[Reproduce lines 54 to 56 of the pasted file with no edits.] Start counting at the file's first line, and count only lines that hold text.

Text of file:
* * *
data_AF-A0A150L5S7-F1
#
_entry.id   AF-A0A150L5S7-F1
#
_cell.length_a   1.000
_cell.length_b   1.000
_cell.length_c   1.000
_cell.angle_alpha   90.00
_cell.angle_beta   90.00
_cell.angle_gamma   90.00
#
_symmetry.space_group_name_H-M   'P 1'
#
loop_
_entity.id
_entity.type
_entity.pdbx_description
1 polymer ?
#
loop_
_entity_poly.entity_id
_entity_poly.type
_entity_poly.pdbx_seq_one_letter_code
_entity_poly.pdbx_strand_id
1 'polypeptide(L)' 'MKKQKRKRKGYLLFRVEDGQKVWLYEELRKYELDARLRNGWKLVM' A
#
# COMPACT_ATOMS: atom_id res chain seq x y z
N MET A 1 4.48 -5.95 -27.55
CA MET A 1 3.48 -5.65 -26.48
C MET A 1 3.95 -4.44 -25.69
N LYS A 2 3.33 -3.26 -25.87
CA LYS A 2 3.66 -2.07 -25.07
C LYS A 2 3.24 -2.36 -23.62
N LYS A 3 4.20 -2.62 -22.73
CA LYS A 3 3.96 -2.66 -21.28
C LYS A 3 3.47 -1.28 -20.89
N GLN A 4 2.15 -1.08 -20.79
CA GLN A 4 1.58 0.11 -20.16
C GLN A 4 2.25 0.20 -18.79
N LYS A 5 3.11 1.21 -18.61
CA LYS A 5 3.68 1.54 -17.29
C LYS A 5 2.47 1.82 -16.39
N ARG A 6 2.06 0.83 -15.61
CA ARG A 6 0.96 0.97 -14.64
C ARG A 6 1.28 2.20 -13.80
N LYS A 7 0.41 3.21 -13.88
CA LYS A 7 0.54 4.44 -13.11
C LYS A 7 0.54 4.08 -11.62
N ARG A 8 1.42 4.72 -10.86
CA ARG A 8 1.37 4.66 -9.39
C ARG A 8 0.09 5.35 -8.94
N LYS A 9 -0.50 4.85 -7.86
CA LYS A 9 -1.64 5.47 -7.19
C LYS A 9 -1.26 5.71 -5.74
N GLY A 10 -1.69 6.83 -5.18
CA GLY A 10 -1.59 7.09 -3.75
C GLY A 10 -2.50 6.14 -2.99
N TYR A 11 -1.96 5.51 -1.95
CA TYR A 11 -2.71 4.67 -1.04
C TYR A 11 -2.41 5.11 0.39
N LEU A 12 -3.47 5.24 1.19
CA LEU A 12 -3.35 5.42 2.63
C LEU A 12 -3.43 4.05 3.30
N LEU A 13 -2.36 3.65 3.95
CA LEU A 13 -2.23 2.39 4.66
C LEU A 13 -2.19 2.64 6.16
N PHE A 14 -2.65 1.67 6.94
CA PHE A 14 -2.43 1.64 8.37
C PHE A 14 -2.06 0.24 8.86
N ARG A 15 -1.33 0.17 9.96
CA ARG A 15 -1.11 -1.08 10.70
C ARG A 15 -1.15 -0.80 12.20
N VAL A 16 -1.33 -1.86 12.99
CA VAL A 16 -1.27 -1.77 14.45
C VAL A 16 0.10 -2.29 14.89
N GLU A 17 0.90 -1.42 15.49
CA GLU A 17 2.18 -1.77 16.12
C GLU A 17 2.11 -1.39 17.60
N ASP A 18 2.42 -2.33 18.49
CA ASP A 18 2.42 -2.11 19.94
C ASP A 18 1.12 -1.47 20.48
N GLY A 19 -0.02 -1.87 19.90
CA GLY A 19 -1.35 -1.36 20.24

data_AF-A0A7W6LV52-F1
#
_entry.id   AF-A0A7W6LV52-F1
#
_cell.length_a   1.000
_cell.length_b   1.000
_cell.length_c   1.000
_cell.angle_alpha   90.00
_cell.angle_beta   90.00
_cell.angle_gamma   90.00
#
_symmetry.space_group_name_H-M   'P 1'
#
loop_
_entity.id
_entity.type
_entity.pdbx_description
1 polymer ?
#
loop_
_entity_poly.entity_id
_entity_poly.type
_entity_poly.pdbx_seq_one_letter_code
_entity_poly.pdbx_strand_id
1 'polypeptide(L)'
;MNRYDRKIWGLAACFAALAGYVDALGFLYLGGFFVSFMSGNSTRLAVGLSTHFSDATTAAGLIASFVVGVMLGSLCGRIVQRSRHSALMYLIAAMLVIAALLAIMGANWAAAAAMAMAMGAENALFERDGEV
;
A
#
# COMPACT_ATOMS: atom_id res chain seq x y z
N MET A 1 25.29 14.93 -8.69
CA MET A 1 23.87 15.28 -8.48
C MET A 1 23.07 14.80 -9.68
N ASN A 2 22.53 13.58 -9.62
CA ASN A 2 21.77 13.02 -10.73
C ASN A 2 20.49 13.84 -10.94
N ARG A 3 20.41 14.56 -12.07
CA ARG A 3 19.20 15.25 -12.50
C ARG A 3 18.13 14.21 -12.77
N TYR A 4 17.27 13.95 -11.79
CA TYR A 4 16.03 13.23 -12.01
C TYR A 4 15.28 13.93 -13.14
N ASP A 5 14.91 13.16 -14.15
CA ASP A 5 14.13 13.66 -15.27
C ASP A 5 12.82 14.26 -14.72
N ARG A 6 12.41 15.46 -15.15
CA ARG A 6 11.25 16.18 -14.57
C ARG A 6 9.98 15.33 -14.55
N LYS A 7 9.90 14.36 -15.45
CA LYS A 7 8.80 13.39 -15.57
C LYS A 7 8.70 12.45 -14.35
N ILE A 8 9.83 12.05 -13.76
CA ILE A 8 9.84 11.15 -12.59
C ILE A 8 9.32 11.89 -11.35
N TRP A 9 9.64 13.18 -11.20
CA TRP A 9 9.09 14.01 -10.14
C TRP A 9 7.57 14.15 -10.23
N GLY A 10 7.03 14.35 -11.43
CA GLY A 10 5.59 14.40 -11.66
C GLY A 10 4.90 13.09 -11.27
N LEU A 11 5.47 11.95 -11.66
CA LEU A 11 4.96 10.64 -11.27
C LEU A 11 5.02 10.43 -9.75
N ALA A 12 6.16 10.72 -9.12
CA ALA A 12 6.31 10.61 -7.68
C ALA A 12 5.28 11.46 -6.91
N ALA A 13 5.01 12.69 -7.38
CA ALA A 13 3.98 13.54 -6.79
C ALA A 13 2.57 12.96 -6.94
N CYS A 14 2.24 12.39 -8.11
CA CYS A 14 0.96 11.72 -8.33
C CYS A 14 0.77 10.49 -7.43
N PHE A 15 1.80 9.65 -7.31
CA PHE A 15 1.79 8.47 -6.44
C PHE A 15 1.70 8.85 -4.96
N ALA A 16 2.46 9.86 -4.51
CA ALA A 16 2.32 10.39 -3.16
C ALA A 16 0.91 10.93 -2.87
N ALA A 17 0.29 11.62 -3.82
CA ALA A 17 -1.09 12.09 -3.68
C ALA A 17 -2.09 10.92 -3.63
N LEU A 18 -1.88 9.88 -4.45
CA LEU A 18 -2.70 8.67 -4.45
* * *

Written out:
C LYS A 9 -1.26 5.71 -5.74
N GLY A 10 -1.69 6.83 -5.18
CA GLY A 10 -1.59 7.09 -3.75